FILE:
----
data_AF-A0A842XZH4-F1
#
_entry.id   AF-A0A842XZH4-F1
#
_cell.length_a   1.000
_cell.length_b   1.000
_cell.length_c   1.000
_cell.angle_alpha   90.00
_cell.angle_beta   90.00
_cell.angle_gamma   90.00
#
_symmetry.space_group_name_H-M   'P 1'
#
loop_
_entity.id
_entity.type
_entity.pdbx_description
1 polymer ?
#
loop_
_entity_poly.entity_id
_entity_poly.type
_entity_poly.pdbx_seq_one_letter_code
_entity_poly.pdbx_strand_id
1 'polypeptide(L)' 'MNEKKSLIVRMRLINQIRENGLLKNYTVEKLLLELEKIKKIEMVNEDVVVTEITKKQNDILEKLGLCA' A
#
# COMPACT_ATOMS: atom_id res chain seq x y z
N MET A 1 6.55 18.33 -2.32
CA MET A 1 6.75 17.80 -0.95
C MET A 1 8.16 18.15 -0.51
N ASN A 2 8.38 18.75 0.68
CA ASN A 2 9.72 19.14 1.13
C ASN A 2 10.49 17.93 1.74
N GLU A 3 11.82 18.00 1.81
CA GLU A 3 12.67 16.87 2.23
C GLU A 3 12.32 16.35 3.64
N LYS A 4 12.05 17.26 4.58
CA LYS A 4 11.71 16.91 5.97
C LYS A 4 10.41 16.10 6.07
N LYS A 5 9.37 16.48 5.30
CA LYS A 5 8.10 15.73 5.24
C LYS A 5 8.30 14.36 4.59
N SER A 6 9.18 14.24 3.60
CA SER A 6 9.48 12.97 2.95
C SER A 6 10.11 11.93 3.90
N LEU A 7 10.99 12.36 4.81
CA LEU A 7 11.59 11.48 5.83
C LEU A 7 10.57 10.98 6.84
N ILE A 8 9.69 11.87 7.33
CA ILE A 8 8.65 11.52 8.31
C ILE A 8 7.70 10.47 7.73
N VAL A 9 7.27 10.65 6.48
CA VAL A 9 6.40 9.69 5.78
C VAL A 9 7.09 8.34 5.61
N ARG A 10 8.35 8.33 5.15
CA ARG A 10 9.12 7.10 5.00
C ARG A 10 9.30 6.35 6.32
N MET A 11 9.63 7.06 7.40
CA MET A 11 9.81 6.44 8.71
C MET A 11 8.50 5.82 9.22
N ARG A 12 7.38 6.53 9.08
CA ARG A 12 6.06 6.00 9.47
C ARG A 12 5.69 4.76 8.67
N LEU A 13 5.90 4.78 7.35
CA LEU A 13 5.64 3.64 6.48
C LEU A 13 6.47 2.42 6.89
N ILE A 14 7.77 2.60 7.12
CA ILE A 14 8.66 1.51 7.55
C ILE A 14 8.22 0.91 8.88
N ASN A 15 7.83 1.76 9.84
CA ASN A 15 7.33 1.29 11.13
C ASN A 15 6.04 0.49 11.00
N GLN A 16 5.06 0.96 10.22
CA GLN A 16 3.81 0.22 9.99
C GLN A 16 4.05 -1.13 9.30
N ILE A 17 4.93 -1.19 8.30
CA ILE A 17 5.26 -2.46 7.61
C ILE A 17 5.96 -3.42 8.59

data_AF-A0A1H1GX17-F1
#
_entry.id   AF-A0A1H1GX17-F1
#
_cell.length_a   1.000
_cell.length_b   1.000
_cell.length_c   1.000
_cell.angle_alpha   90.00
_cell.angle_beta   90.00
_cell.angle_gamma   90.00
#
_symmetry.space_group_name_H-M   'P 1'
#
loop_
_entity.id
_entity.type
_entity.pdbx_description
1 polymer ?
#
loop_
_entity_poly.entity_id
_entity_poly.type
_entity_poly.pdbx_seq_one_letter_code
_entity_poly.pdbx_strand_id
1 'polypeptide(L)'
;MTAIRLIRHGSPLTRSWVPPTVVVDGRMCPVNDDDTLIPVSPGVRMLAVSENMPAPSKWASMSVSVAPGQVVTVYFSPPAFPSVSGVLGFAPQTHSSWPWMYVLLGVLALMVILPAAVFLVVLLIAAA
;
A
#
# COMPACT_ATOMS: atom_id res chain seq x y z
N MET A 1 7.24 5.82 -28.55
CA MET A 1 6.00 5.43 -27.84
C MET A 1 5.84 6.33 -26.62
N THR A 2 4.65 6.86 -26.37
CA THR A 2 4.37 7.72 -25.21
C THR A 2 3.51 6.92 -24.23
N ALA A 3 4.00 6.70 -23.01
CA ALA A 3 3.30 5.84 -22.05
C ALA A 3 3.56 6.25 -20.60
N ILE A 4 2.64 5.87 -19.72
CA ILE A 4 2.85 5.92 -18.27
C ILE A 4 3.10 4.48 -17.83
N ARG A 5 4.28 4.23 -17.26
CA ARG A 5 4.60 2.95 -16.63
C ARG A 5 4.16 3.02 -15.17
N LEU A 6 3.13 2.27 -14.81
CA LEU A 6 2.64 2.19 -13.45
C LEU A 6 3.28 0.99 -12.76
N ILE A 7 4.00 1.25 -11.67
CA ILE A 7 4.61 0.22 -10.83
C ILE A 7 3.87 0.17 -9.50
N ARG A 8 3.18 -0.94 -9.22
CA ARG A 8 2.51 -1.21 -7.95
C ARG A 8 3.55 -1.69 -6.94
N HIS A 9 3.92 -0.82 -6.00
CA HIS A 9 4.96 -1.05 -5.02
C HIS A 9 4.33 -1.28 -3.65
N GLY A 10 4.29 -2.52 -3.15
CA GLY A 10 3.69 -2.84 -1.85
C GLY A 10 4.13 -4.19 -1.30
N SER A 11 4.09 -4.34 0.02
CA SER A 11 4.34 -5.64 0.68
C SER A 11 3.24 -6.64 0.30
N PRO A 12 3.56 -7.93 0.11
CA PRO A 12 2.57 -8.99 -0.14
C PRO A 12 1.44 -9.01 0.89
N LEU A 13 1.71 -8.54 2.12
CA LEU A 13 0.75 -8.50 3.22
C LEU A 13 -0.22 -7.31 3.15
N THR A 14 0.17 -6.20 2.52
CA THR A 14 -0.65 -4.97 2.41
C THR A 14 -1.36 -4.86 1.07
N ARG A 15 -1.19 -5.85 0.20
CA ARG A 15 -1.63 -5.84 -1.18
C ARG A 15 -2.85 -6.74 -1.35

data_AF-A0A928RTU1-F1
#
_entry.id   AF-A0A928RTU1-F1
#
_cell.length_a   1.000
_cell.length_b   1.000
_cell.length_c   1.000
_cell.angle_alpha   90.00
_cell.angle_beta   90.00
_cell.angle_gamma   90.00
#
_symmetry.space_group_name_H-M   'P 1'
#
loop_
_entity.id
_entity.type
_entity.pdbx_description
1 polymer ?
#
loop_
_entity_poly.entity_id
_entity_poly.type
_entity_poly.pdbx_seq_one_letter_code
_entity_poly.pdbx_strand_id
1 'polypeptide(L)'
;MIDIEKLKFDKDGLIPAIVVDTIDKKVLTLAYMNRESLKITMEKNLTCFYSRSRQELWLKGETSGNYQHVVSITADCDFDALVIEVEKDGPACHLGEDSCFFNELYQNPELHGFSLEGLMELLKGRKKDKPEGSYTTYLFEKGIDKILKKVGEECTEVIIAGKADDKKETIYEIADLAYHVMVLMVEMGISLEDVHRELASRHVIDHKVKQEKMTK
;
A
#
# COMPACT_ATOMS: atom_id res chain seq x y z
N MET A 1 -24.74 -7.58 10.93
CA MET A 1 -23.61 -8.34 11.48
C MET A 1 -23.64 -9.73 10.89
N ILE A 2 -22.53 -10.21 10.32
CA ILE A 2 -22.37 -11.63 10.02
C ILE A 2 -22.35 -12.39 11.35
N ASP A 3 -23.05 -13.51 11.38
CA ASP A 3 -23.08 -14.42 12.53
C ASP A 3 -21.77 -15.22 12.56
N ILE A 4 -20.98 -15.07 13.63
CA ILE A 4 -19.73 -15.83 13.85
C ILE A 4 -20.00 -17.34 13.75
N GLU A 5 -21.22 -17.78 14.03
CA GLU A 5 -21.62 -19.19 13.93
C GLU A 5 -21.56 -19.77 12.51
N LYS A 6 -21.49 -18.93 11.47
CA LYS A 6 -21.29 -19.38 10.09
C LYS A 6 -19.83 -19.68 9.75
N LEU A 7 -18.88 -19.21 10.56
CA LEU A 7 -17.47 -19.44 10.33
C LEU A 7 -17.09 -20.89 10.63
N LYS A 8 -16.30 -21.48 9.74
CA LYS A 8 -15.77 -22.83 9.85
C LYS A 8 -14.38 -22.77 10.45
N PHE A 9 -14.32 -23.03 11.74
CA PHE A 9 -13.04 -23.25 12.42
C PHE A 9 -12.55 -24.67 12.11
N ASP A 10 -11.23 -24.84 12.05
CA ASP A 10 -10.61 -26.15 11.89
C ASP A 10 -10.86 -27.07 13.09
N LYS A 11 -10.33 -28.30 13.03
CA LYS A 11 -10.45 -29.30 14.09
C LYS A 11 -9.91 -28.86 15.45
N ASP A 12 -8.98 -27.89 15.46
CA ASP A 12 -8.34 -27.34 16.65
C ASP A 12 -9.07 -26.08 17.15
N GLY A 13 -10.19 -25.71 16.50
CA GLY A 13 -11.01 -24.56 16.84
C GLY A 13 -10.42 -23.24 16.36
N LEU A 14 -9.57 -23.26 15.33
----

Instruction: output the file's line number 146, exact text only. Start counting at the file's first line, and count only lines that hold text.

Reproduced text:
CA LEU A 13 0.75 -8.50 3.22